Buying in
By Sam Gazdziak, Senior Editor

Corporate culture starts at the top, but the best processors make sure it resonates throughout the company.
The management team of any company does more than day-to-day tasks. It also must determine the overall growth strategy, focus on long-term goals and set forth a corporate culture or identity. But what does any of that mean to the hourly workers?
Line workers and other hourly employees are one of the most important assets that any company has. Because of their close contact with the meat that goes through the plant, they are one of the key factors for preserving food quality and safety. The problem comes when they are not treated as a valuable company asset or are overlooked in favor of the people in more “glamorous” positions. When the job becomes just a paycheck and nothing more, job satisfaction can plummet, and with it quality. The best companies know how to prevent this from happening.
“At Pilgrim’s Pride, we have always referred to our employees as ‘partners’ to emphasize their important role in the success of our company. Our partners are our most valued asset, and they deserve respect, fair compensation, meaningful work and a safe work environment,” says Ray Atkinson, director of corporate communications for the Pittsburg, Texas-based chicken processor. Pilgrim’s Pride employs 55,000 people across the country in total.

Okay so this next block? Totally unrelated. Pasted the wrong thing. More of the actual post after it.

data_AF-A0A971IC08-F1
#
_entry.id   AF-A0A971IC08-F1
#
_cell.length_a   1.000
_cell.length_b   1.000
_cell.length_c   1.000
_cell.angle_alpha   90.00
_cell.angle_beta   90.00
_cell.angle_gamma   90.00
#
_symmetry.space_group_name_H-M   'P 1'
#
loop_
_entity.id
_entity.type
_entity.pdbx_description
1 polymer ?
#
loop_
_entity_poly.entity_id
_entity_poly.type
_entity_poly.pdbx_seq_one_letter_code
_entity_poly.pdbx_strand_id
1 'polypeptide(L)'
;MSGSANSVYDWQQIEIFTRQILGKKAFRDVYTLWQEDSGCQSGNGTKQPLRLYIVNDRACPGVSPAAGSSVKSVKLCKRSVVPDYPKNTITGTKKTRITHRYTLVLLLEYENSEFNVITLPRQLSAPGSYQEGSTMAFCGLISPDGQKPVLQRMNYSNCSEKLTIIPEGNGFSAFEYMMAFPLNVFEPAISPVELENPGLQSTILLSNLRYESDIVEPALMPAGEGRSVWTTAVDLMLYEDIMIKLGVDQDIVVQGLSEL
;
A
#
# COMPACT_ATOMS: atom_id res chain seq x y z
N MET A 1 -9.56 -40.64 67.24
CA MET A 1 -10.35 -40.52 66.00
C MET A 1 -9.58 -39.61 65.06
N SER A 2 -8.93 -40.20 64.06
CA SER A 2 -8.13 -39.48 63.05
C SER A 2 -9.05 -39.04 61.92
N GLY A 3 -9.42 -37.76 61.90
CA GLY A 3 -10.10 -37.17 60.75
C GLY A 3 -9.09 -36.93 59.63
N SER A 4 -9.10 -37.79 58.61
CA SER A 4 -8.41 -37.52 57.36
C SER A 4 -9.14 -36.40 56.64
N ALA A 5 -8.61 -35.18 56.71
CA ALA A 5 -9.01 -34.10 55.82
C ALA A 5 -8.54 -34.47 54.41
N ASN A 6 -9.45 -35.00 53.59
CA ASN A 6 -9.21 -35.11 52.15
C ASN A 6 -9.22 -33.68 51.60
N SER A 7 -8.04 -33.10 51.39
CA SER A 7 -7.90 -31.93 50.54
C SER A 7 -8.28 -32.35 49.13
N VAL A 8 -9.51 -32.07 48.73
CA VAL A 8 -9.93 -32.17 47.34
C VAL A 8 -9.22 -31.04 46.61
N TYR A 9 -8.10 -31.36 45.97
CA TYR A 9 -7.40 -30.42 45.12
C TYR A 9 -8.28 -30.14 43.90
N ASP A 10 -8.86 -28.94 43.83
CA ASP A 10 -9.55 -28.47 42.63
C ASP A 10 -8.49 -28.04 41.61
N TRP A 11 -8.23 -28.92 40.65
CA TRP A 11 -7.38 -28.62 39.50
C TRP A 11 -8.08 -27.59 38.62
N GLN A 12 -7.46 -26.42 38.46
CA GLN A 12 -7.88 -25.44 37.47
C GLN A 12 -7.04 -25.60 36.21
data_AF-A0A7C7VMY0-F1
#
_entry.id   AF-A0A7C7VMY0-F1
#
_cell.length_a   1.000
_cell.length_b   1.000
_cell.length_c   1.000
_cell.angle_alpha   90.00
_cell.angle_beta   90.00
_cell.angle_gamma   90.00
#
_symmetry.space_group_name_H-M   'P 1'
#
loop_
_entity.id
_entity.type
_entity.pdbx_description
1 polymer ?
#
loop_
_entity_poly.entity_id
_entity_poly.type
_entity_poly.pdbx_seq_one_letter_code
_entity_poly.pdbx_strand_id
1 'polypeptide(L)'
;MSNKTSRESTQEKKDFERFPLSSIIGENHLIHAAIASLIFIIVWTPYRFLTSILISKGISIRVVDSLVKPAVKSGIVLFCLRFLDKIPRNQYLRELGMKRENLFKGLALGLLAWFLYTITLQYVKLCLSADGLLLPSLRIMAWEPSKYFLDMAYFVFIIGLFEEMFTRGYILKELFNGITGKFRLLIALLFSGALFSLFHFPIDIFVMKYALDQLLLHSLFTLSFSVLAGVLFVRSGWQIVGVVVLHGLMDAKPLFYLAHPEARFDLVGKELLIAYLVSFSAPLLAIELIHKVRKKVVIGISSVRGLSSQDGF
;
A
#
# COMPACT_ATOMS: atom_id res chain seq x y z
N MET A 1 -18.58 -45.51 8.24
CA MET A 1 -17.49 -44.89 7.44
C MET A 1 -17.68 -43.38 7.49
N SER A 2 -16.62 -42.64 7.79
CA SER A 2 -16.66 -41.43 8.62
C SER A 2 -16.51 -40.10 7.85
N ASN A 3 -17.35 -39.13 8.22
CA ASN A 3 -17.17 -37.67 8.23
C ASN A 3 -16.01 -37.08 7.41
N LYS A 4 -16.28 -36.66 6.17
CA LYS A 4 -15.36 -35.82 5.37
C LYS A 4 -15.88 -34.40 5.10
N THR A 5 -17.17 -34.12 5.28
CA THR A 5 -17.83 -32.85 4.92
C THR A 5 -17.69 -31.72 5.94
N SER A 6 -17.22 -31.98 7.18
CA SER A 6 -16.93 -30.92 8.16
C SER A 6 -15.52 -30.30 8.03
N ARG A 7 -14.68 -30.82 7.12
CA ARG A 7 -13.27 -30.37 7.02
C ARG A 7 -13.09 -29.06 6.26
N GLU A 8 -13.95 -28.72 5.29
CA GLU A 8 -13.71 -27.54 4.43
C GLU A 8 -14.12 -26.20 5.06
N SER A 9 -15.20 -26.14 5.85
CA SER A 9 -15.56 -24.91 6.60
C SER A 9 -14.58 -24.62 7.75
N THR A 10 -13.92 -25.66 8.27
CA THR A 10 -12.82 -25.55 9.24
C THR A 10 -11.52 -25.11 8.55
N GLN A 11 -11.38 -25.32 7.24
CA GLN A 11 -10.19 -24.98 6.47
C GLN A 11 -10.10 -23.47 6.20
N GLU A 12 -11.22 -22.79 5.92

Pilgrim’s Pride makes each new partner aware of the company’s culture from Day One. “We believe it is important to share our purpose, vision, values and mission with all of our partners before they begin working with the company, because we want them to understand the company’s history and management philosophy before joining us,” Atkinson says. New hires complete an orientation program when they start working to learn more about the company and the work rules for their location. They also are partnered with an experienced partner to help them get acclimated, and complex managers often meet with the newest workers or take them out for lunch.
Communicating the company’s values and mission is not just a one-time thing. At Willow Brook Foods in Springfield, Mo., the company publishes a “Turkey Times” newsletter several times a year. In the newsletter, Mike Briggs, the company’s president, writes about the company’s direction and what’s important.
“People enjoy that,” says Jim Peacock, cookside superintendent. “They know the president took time to let them know the direction the company is going in. Mike shows a concern for us, and I think by letting people know that, it makes a great difference.”
Willow Brook does its best to keep a family atmosphere in the company, says Art Burnett, health, safety and security director. “We have people on our floor who have been with us for 30 or 35 years,” he says. “We’re a company, we’re a paycheck, but we’re also a family. That has worked out very well as far as people caring and being a part of the company.”
Giving employees a sense of ownership and the awareness that they can bring changes to their job is another solution to getting them enthused about their job and the company as a whole. Atkinson says that Pilgrim’s Pride maintains an open-door policy, so that its partners can bring any job concerns to management.
“We encourage them to bring to the attention of their supervisor and work-related situation they believe is affecting their performance, ability to perform the job or the general atmosphere of the work environment,” he says.